Here's a another example of open matte vs. widescreen. Consider these screenshots from the R4 open matte, and R1 anamorphic releases:
Uh, no. As droidguy said, there's no difference in the framing of those two shots. The bottom one has the exact same framing, it's just been squished.
Old 06-16-08, 03:56 PM
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It has been squished a little, but is definitely not the exact same.
Old 06-16-08, 04:24 PM
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Originally Posted by Kory
It has been squished a little, but is definitely not the exact same.
The first image has been stretched vertically. The second image has been compressed vertically. Neither one has correct picture geometry.

Comparing the picture information at the edges of the two shots, the left edge is identical, the bottom edge is identical, and the right edge is identical. However, the first image has a bit more picture information at the top of the frame (you can see above the X-rays).

In any case, these shots do not make a very good example of what E. Honda describes them as. The tape laid down for the actress' mark is clearly visible in both images, indicating either that both are open-matte transfers to varying degrees, or that the tape was just a dumb production flub.

Last edited by Josh Z; 06-16-08 at 05:35 PM.
Old 06-16-08, 05:15 PM
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My doctor's office has pieces of tape on the floor also. I guess I live in an open-matte world.

Old 06-17-08, 11:49 AM
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I think what TK is talking about is this... imagine a film that was only projected with a hard matte at 1.85:1, like Jurassic Park. Then imagine a fullscreen transfer is made for TV at 1.33:1. Then imagine Universal decides to release a widescreen version of the film on DVD, but instead of just transferring the original projected image, they take the 1.33:1 image and crop IT to 1.85:1. See examples below:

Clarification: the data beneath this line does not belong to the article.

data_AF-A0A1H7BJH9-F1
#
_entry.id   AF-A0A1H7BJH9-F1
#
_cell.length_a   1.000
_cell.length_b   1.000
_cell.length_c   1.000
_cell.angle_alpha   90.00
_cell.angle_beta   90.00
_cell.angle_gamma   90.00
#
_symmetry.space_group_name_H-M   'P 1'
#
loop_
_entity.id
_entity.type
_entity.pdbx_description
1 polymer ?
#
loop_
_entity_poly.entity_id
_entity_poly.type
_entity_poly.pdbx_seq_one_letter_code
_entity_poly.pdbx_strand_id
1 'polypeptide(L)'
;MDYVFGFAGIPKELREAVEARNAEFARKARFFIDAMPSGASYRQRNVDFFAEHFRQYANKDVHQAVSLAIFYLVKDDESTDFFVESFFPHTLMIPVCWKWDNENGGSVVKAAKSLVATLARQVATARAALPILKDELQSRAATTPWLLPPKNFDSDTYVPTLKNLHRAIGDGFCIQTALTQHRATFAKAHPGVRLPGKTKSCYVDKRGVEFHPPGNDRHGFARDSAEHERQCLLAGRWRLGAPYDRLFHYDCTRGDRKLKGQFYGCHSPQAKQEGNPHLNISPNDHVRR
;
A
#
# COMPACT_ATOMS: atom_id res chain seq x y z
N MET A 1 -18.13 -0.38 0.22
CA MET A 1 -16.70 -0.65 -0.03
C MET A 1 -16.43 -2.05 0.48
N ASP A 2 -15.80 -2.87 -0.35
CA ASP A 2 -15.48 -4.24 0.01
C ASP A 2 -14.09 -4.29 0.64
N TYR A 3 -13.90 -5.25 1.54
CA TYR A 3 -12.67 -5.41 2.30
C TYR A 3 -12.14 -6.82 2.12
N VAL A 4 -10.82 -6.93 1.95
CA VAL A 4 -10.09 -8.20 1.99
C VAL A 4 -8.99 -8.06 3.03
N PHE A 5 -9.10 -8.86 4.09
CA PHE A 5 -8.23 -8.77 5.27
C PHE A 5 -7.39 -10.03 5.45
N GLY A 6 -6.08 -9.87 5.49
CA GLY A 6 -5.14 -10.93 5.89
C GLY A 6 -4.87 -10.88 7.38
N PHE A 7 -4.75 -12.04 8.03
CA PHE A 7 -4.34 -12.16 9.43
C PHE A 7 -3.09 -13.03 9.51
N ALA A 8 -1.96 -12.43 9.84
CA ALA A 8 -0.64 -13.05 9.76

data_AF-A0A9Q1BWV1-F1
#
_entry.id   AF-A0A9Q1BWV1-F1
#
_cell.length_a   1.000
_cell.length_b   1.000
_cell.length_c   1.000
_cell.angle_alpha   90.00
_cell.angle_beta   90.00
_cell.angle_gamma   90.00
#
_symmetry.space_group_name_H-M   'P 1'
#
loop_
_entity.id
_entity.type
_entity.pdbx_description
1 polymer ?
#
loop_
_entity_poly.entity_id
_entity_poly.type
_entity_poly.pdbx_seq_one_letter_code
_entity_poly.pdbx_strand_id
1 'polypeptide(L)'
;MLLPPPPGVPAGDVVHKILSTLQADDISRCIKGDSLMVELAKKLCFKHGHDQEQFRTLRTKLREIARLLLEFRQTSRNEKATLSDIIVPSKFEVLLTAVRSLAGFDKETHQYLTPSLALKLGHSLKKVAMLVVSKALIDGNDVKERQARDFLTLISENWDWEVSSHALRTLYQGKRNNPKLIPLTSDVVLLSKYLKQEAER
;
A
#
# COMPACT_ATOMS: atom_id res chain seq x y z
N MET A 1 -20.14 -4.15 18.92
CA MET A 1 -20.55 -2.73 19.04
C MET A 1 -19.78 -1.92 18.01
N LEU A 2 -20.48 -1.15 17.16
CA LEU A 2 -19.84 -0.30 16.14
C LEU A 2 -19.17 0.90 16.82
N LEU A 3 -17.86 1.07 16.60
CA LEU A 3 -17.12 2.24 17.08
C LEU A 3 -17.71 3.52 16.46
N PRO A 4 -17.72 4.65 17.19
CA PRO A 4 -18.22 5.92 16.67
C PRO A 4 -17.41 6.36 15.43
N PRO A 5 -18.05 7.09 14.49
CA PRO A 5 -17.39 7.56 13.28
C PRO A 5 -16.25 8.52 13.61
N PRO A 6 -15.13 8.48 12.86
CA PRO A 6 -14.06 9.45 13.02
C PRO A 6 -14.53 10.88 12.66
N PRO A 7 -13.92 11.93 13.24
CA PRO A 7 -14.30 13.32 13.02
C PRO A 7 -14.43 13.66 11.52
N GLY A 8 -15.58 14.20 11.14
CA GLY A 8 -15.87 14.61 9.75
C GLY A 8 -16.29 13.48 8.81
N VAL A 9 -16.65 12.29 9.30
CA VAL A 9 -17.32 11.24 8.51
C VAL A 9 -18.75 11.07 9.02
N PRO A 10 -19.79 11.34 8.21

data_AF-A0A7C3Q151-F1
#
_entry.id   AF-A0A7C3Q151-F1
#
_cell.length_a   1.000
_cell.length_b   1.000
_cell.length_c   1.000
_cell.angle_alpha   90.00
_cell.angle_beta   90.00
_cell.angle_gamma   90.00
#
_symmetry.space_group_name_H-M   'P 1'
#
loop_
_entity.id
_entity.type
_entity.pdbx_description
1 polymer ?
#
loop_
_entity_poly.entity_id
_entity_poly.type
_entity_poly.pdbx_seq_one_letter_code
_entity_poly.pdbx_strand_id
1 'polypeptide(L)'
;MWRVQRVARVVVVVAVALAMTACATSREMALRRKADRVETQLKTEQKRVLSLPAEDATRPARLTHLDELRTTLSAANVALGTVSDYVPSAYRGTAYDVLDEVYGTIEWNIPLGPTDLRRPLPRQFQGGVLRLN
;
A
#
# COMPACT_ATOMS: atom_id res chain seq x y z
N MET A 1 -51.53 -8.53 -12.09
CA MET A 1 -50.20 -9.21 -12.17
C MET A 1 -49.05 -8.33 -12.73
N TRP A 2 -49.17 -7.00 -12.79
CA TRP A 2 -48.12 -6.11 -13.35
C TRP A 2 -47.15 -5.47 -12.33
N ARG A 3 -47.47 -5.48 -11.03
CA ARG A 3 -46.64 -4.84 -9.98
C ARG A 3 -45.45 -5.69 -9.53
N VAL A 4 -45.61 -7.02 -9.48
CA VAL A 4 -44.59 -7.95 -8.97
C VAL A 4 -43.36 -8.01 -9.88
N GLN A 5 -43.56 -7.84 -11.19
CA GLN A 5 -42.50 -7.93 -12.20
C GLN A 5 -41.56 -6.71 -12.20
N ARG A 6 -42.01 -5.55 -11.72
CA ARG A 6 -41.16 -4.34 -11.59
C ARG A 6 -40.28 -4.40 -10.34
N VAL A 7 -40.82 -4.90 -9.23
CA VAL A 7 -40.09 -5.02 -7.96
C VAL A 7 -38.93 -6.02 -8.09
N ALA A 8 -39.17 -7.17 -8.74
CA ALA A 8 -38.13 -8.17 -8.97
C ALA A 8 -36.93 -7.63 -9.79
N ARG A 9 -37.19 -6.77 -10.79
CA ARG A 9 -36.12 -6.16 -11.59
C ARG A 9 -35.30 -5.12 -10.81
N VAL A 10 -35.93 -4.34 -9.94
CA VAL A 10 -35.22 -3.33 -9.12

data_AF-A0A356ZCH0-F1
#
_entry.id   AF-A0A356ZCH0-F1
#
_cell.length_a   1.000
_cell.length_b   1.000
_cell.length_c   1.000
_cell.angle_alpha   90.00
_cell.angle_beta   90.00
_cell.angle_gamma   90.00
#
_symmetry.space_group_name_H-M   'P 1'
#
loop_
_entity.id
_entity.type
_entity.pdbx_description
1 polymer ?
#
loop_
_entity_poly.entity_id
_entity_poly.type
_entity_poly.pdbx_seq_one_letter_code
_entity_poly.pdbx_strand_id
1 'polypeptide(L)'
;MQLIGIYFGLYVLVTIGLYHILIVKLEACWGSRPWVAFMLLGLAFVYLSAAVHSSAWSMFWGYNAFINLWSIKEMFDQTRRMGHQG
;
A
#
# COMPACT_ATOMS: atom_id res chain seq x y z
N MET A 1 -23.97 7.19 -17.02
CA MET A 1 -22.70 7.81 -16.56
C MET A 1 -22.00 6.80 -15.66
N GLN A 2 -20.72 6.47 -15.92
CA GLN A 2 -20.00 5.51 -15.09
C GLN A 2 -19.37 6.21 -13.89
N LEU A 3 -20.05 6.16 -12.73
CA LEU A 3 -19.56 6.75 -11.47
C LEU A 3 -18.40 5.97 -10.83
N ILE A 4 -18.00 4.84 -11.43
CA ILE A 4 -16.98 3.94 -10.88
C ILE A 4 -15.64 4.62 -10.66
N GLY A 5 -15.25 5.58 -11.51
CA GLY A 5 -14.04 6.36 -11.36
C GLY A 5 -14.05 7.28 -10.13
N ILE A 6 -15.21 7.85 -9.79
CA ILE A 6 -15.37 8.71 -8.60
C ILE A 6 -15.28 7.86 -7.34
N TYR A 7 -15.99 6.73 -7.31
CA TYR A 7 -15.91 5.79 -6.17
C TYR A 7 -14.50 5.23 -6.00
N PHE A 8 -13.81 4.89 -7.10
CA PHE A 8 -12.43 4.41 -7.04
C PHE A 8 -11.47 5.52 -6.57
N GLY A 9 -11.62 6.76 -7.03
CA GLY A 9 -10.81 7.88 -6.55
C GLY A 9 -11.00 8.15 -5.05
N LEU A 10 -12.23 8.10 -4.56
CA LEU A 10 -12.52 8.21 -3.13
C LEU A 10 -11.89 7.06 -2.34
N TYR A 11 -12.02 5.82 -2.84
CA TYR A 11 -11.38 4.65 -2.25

<- Original projected image

<- Cropped to 1.33:1

<- 1.33:1 image cropped to 1.85:1



You can see how in the second shot, information is lost on the sides. Then notice on the third shot, information is lost on the top and bottom, creating a very tight, poorly-framed image. I'm not in anyway implying that this was actually done to Jurassic Park, or any other film transfer, but I thought a visual example might help sort out what I think the OP was trying to illustrate.
Old 06-17-08, 07:24 PM
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Rooked, that's perfect! Now, has this actually happened?
I swear I remember reading about one such example here.
Old 06-17-08, 10:03 PM
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Originally Posted by Egon's Ghost
Rooked, that's perfect! Now, has this actually happened?
I swear I remember reading about one such example here.
It's possible that it may have happened in isolated examples, but it's certainly not a common problem.
Old 06-17-08, 10:32 PM
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I remember reading old Video Watchdog articles where they described something like this happening with some laserdisc releases. Something about blowing up the picture within the letterboxing (making the picture easier to see back in the day before people had large, widescreen TVs). I think they called it "zoomboxing" and used the LD of JURASSIC PARK as an example (and it looked close to what is shown in the JP pics in the post above). Is it possible that some of these fiddled-with LD transfers migrated to some DVDs? (especially earlier non-anamorphic releases?). I have no idea if this is the case, I'm just throwing this out there.